Despite the criticism, Wikipedia worthwhile

March 19, 2006|By TEAGUE LYONS

Feeling insignificant? Here's the remedy: Create an Internet-based encyclopedia entry about yourself.

All you need do is log on to and write your life's accomplishments. Once you're finished, it will be available instantly to Internet browsers everywhere.

Wikipedia isn't some online sideshow, either. It is used by tens of millions of people every week - more than

Wikipedia is an interactive online encyclopedia that anyone can work with; you can create your own entries and edit existing ones.

For example, if you don't agree with the statement in the Baltimore entry that Mayor Martin O'Malley "has maintained high approval ratings through both of his terms in office," you can change it. But be warned that your change may be edited by anyone who disagrees or thinks you have erred.

You are not alone in thinking this arrangement seems like a disaster. Many people first heard of Wikipedia in November when noted journalist John Seigenthaler publicly criticized the site for libelous information inserted in his entry that hinted he might have been involved in the assassination of Robert F. Kennedy, a friend and political ally. In the furor that followed, many commentators echoed his view that Wikipedia is a "flawed and irresponsible research tool."

Yet Wikipedia is very valuable. The quality of the information tends to be very good. The British scientific journal Nature conducted a blind peer review of 42 Wikipedia science articles in December, comparing them with their counterparts in the Encyclopedia Britannica, and the error rates were similar - about three per article for Britannica and about four per article for Wikipedia. The rate of "serious" errors was identical.

In many ways, Wikipedia is not merely comparable but far better than traditional sources. For one, the breadth of information is astounding. Subjects too obscure or mundane to be addressed in traditional reference sources often are explored exhaustively on Wikipedia, from the mechanics of the credit card industry to Butterfinger candy bars ("It has a firm, orange-colored center that tastes like peanut butter and crumbles when eaten").

The content is also updated faster than other reference sources, often changing within minutes to reflect new developments.

Wikipedia entries are extensively hyperlinked so that the Butterfinger entry, for instance, has links to about 30 other articles about candy bars and partially hydrogenated palm kernel oil. As Wikipedia notes, this approach beats tedious footnoting because it gives immediate access to full explorations of related concepts.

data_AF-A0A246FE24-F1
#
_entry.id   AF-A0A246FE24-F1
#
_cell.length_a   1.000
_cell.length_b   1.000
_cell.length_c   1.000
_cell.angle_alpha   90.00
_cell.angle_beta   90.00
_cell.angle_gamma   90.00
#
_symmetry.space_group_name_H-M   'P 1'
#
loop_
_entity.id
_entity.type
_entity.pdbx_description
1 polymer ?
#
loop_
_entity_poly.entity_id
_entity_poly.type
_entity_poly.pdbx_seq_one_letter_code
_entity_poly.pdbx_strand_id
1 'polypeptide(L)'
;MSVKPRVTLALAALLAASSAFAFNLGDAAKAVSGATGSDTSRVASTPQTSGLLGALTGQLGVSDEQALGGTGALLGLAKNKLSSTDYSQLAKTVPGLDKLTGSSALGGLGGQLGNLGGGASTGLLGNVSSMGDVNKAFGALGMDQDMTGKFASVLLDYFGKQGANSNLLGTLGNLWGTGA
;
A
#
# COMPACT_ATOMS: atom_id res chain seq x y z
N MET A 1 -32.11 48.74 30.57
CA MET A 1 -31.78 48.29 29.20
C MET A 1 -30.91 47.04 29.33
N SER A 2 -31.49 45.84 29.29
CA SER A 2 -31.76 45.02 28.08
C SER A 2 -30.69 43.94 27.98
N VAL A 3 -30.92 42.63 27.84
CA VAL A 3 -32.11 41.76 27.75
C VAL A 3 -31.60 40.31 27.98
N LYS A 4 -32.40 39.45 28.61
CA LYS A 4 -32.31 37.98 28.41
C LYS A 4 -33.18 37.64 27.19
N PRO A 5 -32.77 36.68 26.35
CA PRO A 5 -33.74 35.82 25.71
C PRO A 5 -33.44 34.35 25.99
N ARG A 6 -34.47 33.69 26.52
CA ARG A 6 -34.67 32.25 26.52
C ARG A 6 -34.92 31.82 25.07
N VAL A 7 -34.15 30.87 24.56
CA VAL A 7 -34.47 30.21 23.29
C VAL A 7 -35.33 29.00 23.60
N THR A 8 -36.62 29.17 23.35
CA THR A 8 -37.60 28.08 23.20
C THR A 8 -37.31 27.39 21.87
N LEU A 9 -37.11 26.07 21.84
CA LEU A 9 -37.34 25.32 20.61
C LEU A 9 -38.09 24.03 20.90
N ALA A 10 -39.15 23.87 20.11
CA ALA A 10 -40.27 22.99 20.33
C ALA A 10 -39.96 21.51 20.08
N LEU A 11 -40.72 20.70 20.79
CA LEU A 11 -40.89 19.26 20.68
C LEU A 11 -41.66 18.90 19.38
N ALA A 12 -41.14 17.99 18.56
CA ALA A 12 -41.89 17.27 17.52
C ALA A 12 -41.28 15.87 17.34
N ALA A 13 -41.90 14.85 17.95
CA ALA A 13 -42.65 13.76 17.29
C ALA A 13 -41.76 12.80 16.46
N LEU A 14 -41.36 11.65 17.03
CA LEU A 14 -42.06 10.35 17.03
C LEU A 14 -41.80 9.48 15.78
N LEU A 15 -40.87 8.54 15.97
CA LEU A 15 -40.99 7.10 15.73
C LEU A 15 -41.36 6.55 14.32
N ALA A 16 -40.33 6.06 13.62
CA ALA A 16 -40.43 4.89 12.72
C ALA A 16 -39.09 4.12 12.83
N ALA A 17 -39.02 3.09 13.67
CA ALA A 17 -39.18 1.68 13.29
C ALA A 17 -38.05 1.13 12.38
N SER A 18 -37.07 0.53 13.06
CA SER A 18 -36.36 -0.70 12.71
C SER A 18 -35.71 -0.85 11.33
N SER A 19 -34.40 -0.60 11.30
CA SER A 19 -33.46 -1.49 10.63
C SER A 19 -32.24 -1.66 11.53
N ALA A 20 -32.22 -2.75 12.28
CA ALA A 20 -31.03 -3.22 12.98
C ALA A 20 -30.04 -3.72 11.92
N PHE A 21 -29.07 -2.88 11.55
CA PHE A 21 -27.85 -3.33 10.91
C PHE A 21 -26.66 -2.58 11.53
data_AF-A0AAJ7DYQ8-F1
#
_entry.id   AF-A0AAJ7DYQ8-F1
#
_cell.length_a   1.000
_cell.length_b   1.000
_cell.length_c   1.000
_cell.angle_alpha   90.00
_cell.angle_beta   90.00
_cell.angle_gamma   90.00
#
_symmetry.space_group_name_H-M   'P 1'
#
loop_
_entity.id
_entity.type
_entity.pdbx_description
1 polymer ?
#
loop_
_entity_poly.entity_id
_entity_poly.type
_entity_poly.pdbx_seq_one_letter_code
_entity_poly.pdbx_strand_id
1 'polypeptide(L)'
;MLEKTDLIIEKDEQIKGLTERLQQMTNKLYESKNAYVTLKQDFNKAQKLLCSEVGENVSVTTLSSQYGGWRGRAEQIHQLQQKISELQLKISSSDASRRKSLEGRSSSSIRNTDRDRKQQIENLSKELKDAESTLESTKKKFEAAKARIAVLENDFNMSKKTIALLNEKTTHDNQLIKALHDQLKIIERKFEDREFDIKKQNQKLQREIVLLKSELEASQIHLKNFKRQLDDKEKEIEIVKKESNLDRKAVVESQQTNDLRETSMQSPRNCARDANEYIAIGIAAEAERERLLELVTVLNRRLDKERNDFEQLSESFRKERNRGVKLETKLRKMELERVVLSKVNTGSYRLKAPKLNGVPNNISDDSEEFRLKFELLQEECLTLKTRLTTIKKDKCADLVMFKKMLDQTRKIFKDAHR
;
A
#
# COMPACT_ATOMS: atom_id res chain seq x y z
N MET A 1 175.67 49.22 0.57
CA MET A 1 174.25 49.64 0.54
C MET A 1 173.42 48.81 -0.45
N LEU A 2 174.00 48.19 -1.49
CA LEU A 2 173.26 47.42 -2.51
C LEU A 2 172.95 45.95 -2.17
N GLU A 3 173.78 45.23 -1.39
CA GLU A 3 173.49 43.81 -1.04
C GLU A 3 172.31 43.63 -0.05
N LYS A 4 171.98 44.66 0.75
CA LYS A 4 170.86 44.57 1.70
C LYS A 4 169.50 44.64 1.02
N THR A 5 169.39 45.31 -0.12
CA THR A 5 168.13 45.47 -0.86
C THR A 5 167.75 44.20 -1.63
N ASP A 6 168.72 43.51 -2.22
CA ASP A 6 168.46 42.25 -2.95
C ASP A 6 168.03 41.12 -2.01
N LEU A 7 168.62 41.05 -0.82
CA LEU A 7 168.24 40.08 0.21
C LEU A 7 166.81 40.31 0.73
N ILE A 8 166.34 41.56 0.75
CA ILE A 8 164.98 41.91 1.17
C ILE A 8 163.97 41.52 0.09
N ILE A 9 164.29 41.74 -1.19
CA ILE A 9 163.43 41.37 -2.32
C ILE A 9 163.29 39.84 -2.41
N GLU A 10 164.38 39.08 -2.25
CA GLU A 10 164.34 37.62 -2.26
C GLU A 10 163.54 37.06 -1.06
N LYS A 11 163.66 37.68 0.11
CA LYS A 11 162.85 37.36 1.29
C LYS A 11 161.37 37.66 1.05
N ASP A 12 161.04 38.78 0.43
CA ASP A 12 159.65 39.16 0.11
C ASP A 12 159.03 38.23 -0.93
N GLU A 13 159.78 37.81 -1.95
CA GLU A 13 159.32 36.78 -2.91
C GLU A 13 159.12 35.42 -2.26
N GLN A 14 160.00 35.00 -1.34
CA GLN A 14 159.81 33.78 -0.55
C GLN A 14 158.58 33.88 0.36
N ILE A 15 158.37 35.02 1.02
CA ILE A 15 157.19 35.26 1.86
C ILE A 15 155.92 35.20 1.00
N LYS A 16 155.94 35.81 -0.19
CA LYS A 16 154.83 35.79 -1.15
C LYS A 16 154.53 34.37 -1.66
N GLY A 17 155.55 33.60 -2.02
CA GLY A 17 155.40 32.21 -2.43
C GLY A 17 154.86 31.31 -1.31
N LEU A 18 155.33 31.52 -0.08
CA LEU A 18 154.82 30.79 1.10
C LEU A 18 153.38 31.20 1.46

In practice, it allows you to float freely through information wherever curiosity takes you, fulfilling the Internet's promise in a way that few other resources do.

Indeed, Wikipedia's most important role might be in creating a model for using the Internet to collectively gather and mediate knowledge. The issue of accuracy and accountability of information looms over many public debates today as the world grapples with the changes that information technology has brought. Wikipedia is the only organization that has undertaken a broad effort to create a set of tools and procedures to make something usable out of the free-for-all.

If you were to create an autobiography, it most likely wouldn't last long. One of Wikipedia's thousands of active editors would notice it and investigate its relevance. Unless you're famous, it would soon be removed for lack of encyclopedic value. And if you are famous, you'd likely receive a note from an editor that Wikipedia guidelines discourage autobiography.

Ideas and perceptions clash in repeated editing of articles; over time, they reach a consensus through continual re-editing. Wikipedia notes that while information from its pages and elsewhere should always be verified, its entries tend to get more complete and balanced over time through this process. (Experienced editors can temporarily block changes to an entry if malicious edits are being made continually.) Crucial to Wikipedia's model is its openness.

The history of edits made to each article is available to every user, so a questionable edit can be quickly traced back to the person who made it. Correction can follow correction, and those who act in bad faith are rightly chastened. If one looks through the histories and forums, it becomes clear that users who regularly edit have created a community with its own norms and etiquette that helps moderate the discussion.

This is an encouraging development when it seems more difficult every day to evaluate the alternate versions of reality being presented by a proliferation of news sources. Wikipedia's radical openness may be frightening right now; there have been and will be more problems along the way. But the work it is doing to harness the power of the Internet will be appreciated for years to come.

Teague Lyons is a graduate student in public policy at the Johns Hopkins University. His e-mail is

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